If you do have diabetes, you should have someone supervise you while applying heat. Also, look for heating pads that do not exceed temperatures of 110 degrees Fahrenheit. For certain conditions, like deep vein thrombosis (and others), heating pads may do more harm than good. Heating pads, if not used properly, can also present a fire hazard. Treat them with respect. Infrared heating pads should not be used by people with metal implants and/or any form of implants.
CONCLUSION AND FINAL COMMENTS
The existing trials dedicated to determining the efficacy of heat therapy for pain relief does not provide high-quality evidence to be a proof on its own. However, the combination of the evidence collected from those trials and the all the other credible sources recommending heat, there’s a strong reason to believe that it does help.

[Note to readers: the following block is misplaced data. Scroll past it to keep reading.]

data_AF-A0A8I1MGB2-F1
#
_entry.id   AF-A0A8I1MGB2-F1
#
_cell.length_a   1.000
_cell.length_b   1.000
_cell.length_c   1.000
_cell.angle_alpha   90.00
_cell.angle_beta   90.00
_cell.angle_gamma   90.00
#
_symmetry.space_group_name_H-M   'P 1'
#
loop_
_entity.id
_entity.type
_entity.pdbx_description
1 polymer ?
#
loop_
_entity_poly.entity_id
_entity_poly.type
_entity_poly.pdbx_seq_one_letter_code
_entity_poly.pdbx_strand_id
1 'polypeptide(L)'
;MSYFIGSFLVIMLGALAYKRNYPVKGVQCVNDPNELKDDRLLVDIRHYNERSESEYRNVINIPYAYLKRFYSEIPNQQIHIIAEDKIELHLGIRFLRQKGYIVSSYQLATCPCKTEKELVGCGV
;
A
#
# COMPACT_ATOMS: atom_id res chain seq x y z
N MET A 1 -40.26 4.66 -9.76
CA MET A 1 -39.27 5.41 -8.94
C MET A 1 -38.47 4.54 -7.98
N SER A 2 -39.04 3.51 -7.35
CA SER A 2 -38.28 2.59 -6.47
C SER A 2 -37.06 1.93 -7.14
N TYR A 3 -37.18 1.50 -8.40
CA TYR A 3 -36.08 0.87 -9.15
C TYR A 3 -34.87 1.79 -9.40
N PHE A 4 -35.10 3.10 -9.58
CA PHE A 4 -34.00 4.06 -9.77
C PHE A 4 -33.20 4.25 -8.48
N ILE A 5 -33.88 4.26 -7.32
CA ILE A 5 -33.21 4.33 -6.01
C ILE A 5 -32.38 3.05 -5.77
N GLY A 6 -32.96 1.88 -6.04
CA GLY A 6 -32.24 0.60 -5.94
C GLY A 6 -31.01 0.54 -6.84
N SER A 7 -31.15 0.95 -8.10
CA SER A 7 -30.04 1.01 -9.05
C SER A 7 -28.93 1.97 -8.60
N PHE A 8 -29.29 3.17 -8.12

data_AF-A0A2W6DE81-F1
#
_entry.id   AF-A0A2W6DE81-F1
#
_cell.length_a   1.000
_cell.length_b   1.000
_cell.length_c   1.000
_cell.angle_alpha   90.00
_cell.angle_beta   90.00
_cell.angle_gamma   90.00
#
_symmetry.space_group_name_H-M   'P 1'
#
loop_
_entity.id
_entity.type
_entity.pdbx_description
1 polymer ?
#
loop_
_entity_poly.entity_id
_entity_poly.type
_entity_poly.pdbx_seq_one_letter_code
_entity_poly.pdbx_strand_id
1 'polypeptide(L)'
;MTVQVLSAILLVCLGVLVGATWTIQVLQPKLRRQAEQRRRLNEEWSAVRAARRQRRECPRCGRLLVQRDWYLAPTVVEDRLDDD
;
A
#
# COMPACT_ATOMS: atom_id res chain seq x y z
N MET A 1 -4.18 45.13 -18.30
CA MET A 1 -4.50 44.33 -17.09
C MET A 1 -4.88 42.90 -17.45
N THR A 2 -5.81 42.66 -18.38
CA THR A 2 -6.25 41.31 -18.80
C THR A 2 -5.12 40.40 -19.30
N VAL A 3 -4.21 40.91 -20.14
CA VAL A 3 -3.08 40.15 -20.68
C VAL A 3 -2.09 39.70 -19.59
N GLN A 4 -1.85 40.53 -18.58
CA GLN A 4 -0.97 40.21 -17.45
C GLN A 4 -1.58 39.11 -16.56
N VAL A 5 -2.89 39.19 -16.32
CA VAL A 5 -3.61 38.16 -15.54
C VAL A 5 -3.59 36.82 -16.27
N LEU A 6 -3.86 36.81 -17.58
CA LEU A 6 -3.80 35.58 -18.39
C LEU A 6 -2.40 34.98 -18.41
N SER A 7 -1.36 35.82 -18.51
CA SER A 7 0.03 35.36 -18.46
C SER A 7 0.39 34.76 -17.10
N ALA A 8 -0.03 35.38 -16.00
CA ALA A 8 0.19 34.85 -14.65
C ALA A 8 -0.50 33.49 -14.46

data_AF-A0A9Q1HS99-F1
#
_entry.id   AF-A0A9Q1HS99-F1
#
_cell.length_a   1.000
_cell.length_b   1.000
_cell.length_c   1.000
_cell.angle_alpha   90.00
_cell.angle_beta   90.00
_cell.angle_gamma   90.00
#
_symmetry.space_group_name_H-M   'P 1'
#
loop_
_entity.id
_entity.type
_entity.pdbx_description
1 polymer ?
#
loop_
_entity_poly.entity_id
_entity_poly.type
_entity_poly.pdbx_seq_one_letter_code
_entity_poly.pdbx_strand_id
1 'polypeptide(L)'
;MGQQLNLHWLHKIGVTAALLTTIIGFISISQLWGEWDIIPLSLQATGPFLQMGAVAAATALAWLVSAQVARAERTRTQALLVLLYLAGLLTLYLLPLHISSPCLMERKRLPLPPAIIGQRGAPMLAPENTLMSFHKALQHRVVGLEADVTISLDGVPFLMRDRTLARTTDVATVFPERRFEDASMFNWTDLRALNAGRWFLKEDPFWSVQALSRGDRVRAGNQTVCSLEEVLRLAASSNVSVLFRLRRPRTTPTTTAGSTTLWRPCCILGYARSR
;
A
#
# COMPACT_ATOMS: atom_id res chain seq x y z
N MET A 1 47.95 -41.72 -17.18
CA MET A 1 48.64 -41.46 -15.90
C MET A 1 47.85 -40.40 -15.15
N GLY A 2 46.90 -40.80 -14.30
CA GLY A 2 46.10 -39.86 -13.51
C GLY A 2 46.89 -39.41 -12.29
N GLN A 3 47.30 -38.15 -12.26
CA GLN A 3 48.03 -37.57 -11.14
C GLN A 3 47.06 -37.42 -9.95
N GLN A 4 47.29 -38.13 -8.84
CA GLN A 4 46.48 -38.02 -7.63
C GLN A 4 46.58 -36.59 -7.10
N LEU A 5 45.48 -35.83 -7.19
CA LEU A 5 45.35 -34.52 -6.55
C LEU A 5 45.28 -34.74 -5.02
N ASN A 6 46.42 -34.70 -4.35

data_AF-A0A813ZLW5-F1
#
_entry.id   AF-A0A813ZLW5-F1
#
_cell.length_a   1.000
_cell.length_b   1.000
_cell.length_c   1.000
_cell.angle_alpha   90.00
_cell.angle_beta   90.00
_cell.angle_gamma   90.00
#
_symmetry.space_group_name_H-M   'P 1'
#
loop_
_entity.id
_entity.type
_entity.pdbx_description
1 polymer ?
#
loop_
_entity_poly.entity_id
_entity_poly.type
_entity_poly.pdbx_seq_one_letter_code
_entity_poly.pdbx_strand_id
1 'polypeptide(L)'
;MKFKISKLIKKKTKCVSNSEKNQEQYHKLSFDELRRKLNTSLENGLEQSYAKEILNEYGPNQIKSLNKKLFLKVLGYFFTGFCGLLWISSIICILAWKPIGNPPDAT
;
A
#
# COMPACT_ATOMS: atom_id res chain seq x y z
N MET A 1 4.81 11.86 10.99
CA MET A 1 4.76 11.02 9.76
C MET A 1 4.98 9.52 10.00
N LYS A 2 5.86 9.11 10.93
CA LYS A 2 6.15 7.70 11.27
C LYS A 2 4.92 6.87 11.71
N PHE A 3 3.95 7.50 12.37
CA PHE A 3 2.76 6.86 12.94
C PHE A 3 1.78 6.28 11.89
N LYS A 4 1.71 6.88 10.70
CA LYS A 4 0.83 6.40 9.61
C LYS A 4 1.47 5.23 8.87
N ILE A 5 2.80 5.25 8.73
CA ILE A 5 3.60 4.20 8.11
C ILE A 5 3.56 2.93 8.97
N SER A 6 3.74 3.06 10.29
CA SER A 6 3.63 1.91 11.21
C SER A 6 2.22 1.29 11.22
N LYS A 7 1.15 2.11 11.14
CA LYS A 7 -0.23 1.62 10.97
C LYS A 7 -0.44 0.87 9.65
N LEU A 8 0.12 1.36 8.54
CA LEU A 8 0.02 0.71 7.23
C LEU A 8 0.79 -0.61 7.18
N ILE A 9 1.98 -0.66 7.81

Thermotherapy is an extremely popular remedy, prescribed by physical therapists, trainers, and even MDs. Tons of reputable medical universities refer to heating as a remedy for many different conditions and injuries.
Studies overwhelmingly show that the level of heat you need is most likely between 104 and 110 degrees Fahrenheit. These temperatures may not feel as hot as you’d prefer but they are all you need to increase blood flow in the problematic area. Anything over 110 degrees may result in burns so call your doctor and ask for their opinion.
If you wish to give heat therapy but you’re not willing/able to pay for a heating pad, head over to YouTube and search “homemade heating pad”. No one in our team has made one, but it seems to only take three minutes.